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Title: The influence of hydroxyapatite nanoparticles on human mesenchymal stromal cells : application in tissue engineered constructs
Author: Partridge, Simon William
ISNI:       0000 0004 6352 4223
Awarding Body: Newcastle University
Current Institution: University of Newcastle upon Tyne
Date of Award: 2016
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Osteoarthritis (OA) is a debilitating disease characterised by degradation of the articular cartilage and changes in the subchondral bone. Presently the gold standard treatment for OA is total joint replacement using metal, ceramic and non-degradable polymer materials. Tissue engineering using novel bioresorbable biomaterials has the potential to stimulate regeneration of bone and cartilage for early stage intervention in OA suffers. This thesis investigates the synthesis of hydroxyapatite nanoparticles (HAp) and techniques to generate poly (lactic acid) (PLA) HAp nanocomposites. The effect of the synthesised HAp on isolated OA donor derived human mesenchymal stem cells (hMSC) was investigated in both 2D and 3D culture conditions. A highly controllable sol-gel synthesis method demonstrated control over HAp morphology and composition, with modification of titration rate, addition methodology and reaction pH. Two novel nanocomposite fabrication techniques were developed and characterised with transmission electron microscopy (TEM) demonstrating HAp dispersion at the nanoscale throughout PLA. Dip-coated HAp PLA and fibrin substrates were fabricated and demonstrated maintenance of hMSC adherence, proliferation and osteogenesis on 2D substrates. Investigations into fibrin encapsulated hMSC illustrated HAp uptake within the cell following 24 hours incubation. Further studies examining fibrin/HAp encapsulated hMSC showed increased osteogenic gene expression, peripheral matrix deposition and mineralisation following 21 days in culture. 3D printed PLA constructs infused with fibrin and fibrin/HAp encapsulated hMSC demonstrated significant osteogenic gene expression differences at day 21. However, these data were variable between cell isolations from different patients further illustrating hMSC heterogeneity and hMSC donor–donor variability in-vitro.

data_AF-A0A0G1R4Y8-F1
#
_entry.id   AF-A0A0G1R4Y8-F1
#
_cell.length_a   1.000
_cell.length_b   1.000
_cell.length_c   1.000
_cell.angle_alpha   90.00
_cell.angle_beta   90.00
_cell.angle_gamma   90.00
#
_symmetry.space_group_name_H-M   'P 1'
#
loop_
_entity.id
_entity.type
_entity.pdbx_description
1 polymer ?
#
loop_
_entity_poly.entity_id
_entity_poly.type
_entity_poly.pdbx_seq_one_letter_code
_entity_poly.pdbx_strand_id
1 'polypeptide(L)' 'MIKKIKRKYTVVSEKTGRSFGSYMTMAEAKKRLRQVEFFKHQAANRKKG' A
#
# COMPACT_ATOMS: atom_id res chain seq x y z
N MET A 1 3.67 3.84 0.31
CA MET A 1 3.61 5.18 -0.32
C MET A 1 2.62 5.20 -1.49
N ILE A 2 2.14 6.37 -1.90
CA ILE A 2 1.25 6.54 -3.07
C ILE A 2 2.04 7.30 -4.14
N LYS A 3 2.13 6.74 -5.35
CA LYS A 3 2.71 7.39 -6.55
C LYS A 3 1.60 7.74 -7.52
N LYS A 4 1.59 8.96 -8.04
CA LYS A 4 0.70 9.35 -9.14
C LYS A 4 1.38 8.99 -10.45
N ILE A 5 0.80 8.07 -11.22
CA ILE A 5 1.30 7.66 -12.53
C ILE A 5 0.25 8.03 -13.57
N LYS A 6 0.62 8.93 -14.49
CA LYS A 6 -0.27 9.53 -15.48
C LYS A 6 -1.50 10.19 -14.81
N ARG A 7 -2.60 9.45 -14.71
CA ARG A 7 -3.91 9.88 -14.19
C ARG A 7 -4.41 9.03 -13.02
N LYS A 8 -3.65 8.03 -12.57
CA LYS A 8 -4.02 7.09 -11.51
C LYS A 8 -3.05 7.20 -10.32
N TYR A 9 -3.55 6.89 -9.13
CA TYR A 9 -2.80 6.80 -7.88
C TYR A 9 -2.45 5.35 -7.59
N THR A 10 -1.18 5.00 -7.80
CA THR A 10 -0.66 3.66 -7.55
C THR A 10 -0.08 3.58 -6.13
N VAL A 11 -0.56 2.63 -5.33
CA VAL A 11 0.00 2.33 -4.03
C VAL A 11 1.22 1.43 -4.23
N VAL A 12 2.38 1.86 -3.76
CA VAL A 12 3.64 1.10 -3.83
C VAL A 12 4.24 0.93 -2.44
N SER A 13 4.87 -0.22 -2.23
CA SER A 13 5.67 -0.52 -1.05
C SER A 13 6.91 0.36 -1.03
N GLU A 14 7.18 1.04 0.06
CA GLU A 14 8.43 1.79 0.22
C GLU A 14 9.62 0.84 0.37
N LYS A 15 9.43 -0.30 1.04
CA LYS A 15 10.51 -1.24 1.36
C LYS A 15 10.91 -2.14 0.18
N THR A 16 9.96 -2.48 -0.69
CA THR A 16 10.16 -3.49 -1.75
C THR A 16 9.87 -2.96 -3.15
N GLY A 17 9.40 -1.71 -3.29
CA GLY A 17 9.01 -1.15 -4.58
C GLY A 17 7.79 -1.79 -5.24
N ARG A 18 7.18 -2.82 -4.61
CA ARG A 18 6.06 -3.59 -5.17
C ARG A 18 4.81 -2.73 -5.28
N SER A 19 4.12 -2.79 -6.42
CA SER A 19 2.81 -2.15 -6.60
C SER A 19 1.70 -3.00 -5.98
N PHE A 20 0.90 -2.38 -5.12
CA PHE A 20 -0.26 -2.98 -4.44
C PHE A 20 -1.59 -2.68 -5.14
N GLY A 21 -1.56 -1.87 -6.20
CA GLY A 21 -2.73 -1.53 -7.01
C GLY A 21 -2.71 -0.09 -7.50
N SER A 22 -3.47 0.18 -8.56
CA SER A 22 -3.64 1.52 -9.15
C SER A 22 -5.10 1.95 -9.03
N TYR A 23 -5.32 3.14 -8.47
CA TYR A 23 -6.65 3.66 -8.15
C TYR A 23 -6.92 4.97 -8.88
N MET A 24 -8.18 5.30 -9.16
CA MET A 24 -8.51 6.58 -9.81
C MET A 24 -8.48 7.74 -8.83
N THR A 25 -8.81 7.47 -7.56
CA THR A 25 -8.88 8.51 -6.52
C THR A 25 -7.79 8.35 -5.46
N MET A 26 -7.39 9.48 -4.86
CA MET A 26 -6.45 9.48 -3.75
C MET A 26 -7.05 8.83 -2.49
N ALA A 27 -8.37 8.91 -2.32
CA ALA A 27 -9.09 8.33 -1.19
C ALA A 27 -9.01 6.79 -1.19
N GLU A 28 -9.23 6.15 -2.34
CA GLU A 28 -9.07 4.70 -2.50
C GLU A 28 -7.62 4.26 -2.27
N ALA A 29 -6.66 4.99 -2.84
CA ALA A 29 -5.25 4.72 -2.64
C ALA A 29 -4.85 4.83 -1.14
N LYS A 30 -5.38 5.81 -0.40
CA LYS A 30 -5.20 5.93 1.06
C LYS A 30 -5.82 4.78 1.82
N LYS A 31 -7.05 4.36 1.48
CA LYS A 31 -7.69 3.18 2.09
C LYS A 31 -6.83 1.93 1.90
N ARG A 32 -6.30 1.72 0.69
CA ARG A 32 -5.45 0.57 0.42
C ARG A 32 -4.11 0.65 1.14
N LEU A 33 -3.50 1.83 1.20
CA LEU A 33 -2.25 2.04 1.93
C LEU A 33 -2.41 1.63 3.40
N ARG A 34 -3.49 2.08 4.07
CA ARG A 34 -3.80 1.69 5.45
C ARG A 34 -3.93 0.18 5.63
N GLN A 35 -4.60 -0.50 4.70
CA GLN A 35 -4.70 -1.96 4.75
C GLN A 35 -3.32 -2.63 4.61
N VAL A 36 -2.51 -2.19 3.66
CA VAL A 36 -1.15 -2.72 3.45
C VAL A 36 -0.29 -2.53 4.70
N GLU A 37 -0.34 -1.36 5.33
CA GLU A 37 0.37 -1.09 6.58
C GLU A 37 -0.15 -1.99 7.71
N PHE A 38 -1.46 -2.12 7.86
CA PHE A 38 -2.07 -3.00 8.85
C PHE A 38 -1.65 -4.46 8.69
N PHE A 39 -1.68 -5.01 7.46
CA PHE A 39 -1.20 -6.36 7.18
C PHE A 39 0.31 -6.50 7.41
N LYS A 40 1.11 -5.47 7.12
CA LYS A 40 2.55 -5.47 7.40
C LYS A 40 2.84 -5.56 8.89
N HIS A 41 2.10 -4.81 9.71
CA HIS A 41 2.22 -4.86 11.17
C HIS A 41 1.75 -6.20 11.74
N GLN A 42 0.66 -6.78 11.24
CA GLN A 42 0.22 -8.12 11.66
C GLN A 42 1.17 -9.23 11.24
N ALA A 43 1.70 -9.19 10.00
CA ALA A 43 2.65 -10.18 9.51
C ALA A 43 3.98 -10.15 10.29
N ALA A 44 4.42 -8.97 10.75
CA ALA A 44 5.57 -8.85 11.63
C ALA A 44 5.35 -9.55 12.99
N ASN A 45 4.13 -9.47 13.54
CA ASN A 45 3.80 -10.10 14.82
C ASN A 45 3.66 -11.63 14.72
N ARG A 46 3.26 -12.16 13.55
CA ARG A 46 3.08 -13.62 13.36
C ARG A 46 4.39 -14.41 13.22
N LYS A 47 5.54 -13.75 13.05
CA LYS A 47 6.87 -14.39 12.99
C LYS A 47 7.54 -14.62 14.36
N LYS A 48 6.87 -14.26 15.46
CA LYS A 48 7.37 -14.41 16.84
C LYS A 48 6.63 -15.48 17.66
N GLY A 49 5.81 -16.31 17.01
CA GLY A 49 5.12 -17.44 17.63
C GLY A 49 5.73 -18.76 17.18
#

Supervisor: Not available Sponsor: Arthritis Research UK
Qualification Name: Thesis (Ph.D.) Qualification Level: Doctoral
EThOS ID:  DOI: Not available